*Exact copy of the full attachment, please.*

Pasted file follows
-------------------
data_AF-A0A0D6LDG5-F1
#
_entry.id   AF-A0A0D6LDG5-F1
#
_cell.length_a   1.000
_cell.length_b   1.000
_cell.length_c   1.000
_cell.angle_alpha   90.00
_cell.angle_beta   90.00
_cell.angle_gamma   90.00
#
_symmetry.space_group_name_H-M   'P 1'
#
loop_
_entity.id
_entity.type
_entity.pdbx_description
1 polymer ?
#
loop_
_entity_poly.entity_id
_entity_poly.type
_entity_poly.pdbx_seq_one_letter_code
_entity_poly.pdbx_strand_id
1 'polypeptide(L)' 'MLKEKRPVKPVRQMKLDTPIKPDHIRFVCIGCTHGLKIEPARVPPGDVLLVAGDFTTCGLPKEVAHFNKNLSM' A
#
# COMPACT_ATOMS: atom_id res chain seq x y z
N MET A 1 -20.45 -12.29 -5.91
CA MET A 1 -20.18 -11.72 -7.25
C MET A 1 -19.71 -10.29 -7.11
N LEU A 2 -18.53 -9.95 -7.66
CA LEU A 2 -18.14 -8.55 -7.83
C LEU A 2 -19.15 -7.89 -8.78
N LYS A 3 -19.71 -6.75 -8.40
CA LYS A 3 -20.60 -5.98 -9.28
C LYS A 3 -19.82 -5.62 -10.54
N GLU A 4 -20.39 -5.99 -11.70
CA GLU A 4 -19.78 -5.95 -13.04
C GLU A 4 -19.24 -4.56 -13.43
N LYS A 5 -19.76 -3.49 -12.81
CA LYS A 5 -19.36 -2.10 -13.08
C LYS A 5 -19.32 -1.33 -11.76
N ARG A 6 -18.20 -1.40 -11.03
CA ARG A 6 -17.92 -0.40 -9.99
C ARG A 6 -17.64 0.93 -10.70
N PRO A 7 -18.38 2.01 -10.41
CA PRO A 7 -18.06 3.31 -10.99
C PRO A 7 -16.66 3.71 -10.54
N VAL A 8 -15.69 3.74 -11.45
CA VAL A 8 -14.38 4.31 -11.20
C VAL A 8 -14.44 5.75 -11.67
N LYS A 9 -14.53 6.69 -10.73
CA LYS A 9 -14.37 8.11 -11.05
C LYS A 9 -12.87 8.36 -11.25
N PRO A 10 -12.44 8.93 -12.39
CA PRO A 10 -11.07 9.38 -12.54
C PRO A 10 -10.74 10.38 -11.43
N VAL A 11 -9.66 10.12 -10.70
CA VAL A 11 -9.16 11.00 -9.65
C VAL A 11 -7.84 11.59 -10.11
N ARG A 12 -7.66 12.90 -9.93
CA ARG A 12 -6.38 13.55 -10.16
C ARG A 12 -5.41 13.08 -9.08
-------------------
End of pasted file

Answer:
data_AF-A0A0D6LDG5-F1
#
_entry.id   AF-A0A0D6LDG5-F1
#
_cell.length_a   1.000
_cell.length_b   1.000
_cell.length_c   1.000
_cell.angle_alpha   90.00
_cell.angle_beta   90.00
_cell.angle_gamma   90.00
#
_symmetry.space_group_name_H-M   'P 1'
#
loop_
_entity.id
_entity.type
_entity.pdbx_description
1 polymer ?
#
loop_
_entity_poly.entity_id
_entity_poly.type
_entity_poly.pdbx_seq_one_letter_code
_entity_poly.pdbx_strand_id
1 'polypeptide(L)' 'MLKEKRPVKPVRQMKLDTPIKPDHIRFVCIGCTHGLKIEPARVPPGDVLLVAGDFTTCGLPKEVAHFNKNLSM' A
#
# COMPACT_ATOMS: atom_id res chain seq x y z
N MET A 1 -20.45 -12.29 -5.91
CA MET A 1 -20.18 -11.72 -7.25
C MET A 1 -19.71 -10.29 -7.11
N LEU A 2 -18.53 -9.95 -7.66
CA LEU A 2 -18.14 -8.55 -7.83
C LEU A 2 -19.15 -7.89 -8.78
N LYS A 3 -19.71 -6.75 -8.40
CA LYS A 3 -20.60 -5.98 -9.28
C LYS A 3 -19.82 -5.62 -10.54
N GLU A 4 -20.39 -5.99 -11.70
CA GLU A 4 -19.78 -5.95 -13.04
C GLU A 4 -19.24 -4.56 -13.43
N LYS A 5 -19.76 -3.49 -12.81
CA LYS A 5 -19.36 -2.10 -13.08
C LYS A 5 -19.32 -1.33 -11.76
N ARG A 6 -18.20 -1.40 -11.03
CA ARG A 6 -17.92 -0.40 -9.99
C ARG A 6 -17.64 0.93 -10.70
N PRO A 7 -18.38 2.01 -10.41
CA PRO A 7 -18.06 3.31 -10.99
C PRO A 7 -16.66 3.71 -10.54
N VAL A 8 -15.69 3.74 -11.45
CA VAL A 8 -14.38 4.31 -11.20
C VAL A 8 -14.44 5.75 -11.67
N LYS A 9 -14.53 6.69 -10.73
CA LYS A 9 -14.37 8.11 -11.05
C LYS A 9 -12.87 8.36 -11.25
N PRO A 10 -12.44 8.93 -12.39
CA PRO A 10 -11.07 9.38 -12.54
C PRO A 10 -10.74 10.38 -11.43
N VAL A 11 -9.66 10.12 -10.70
CA VAL A 11 -9.16 11.00 -9.65
C VAL A 11 -7.84 11.59 -10.11
N ARG A 12 -7.66 12.90 -9.93
CA ARG A 12 -6.38 13.55 -10.16
C ARG A 12 -5.41 13.08 -9.08